According to Article I Section 8 of United States Constitution, the Congress and only the Congress is given the authority to declare war. No other person or body in government — not the Supreme Court, not the President — is the authority to do so anywhere in the Constitution. The first war in Iraq, the second war in Iraq and the Afghanistan war, for instance, have all been supported by congressional authorization.
Last year, President Barack Obama took the country to war against Libya in a sustained military campaign without congressional authorization. On June 3 2011 the House of Representatives held a vote on H.Con.Res. 51, a bill sponsored by Rep. Dennis Kucinich that required the president to seek and obtain congressional authorization for his military campaign in Libya. That’s a constitutional standard. But the bill went down 265-148. Why? Who voted Kucinich’s bill down? Did this action match their rhetoric?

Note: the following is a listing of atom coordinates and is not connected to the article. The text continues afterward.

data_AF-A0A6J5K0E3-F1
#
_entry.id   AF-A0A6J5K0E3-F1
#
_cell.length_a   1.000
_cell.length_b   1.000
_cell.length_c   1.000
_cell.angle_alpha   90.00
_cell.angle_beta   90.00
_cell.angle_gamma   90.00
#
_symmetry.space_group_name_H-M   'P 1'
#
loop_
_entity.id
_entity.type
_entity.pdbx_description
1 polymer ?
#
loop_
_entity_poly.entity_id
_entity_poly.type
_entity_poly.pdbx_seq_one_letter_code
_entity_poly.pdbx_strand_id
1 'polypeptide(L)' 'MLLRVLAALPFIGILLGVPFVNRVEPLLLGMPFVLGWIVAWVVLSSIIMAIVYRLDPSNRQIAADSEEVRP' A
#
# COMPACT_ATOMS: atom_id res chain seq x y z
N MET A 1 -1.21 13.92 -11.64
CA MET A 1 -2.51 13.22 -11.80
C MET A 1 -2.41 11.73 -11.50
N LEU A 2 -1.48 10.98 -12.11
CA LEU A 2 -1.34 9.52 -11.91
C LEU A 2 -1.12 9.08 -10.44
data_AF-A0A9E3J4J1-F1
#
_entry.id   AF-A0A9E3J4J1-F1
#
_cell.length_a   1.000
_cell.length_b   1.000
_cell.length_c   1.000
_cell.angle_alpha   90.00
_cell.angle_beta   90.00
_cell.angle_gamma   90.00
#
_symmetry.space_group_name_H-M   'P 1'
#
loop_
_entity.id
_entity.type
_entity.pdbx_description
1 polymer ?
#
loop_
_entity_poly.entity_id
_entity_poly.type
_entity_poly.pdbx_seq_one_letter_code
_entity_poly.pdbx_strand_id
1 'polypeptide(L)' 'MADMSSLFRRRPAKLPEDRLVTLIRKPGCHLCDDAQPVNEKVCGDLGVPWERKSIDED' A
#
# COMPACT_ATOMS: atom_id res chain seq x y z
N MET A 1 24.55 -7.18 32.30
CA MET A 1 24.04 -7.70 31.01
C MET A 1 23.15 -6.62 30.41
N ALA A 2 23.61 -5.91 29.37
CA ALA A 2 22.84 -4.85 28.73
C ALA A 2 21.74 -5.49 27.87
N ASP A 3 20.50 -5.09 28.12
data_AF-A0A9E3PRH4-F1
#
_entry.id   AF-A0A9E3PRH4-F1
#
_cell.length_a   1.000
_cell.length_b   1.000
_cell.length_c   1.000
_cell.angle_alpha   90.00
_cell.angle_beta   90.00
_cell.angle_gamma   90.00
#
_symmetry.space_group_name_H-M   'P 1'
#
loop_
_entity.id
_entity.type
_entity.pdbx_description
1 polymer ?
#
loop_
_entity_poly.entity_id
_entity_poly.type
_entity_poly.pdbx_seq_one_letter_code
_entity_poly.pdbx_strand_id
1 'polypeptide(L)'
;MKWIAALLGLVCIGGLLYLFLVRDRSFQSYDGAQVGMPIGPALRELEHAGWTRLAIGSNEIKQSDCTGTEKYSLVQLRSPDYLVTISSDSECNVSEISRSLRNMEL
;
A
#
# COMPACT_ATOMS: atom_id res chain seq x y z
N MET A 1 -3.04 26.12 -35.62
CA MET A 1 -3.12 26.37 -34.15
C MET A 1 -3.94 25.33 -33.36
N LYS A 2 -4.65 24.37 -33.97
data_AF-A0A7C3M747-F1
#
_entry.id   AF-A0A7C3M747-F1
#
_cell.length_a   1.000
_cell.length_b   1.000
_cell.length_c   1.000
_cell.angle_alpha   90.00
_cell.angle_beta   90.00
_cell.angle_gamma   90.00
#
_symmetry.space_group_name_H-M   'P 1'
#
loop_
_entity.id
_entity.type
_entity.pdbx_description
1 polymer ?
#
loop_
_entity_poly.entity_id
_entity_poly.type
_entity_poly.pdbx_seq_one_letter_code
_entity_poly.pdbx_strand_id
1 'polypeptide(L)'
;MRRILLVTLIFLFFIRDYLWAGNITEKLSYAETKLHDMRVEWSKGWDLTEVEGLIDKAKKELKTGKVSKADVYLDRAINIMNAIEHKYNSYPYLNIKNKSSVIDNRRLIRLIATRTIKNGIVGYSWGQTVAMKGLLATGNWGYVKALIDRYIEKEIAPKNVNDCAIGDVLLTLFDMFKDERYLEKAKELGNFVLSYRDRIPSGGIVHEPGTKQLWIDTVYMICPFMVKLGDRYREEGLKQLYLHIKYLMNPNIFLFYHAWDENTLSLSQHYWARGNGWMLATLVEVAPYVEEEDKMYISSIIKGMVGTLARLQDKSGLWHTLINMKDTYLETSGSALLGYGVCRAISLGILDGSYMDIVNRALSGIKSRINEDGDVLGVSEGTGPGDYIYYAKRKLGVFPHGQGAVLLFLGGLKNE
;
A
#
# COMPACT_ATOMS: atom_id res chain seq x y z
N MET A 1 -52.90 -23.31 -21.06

The voting record for these caucus members stands as follows:
Despite clear references to defending the Constitution in each of these caucuses’ founding documents, substantial proportions of members of each caucus voted to let President Barack Obama take the country to war without congressional say-so. Ironically, the caucus least likely to insist upon constitutional procedure was the Constitution Caucus. The Tea Party Caucus was evenly split on whether the constitution should be followed. Only the Progressive Caucus had a majority of members who insisted on following constitutional procedure before taking the nation to war.